“An engaging journey into the wild and wonderful world of drumming.”—CLEM BURKE, Blondie To have a great band you need a great drummer. For the first time, Tony Barrell shines a long-overdue spotlight on these musicians, offering an exciting look into their world, their art, and their personalities. In Born to Drum, he interviews some of the most famous, revered, and influential drummers of our time—including Chad Smith, Ginger Baker, Clem Burke, Sheila E., Phil Collins, Nick Mason, Patty Schemel, Butch Vig, and Omar Hakim—who share astonishing truths about their work and lives. He investigates the stories of late, great drummers such as Keith Moon and John Bonham, analyzes many of the greatest drum tracks ever recorded, and introduces us to the world’s fastest and loudest drummers, as well as the first musician to pilot a “flying drum kit” onstage. Filled with fascinating insights into the trade and little-known details about the greats, Born to Drum elevates drummers and their achievements to their rightful place in music lore and pop culture. “As Born to Drum proves, there’s a lot more to be told about drums and drumming than the Rolls-Royce in the swimming pool and the pyro beneath the bass drum.”—NICK MASON, Pink Floyd “Everyone should read this book—especially if you’re not a drummer. A great insight into a great sport.”—Joey Kramer, Aerosmith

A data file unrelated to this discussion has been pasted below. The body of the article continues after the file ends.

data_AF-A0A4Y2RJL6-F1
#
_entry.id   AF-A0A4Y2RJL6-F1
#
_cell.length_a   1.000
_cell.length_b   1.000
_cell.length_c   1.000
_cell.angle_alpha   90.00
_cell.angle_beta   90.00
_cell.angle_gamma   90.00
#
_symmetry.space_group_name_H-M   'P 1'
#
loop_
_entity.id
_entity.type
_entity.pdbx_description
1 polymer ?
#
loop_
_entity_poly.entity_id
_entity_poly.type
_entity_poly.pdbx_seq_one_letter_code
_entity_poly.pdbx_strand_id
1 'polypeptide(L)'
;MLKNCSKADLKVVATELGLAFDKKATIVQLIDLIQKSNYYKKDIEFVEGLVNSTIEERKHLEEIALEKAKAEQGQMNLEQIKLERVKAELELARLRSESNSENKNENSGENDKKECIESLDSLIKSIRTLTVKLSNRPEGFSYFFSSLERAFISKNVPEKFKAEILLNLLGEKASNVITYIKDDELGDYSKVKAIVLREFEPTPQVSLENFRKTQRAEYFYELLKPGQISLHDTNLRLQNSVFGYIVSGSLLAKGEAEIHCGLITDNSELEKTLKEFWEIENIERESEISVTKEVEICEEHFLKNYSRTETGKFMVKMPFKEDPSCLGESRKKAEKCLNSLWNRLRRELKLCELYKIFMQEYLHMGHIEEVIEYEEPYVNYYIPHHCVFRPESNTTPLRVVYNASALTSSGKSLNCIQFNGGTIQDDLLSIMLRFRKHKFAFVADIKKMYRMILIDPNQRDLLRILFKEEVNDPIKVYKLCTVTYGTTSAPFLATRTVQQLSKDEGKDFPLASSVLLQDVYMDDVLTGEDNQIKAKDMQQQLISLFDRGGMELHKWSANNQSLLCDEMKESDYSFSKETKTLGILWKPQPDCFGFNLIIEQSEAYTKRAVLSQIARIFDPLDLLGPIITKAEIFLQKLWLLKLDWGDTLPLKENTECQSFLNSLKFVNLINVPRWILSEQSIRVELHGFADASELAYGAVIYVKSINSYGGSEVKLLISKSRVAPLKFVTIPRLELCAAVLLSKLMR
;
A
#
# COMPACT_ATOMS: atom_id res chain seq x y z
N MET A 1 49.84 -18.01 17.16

Keith Moon was more than just rock's greatest drummer, he was also its greatest character and wildest party animal. Fuelled by vast quantities of drink, drugs, insecurities and confusion, Moon destroyed everything with gleeful abandon: drum kits, houses, cars, hotels, relationships and, finally, himself. In Dear Boy, Tony Fletcher has captured lightning in a bottle – the essence of a totally incorrigible yet uniquely generous boy who never grew up, and who changed the lives of all who knew him. From a life distorted by myths of debauchery and comic anarchy, Fletcher has created a searingly personal portrait of the rock legend. From over 100 first-hand interviews, he traces with deadly accuracy Moon's remarkable journey from his working-class Northwest London childhood, through the Who's glory years to the California high-life and a terrible, premature death. Here too are fascinating insights into the history of the Who and the emergent British pop culture revolution of post-war years. Keith Moon was one of the shock troops of that revolution: the world's greatest rock drummer, a phenomenal character and an extravagant hell-raiser who – in a final, uncharacteristic act of grace – actually did die before he got old.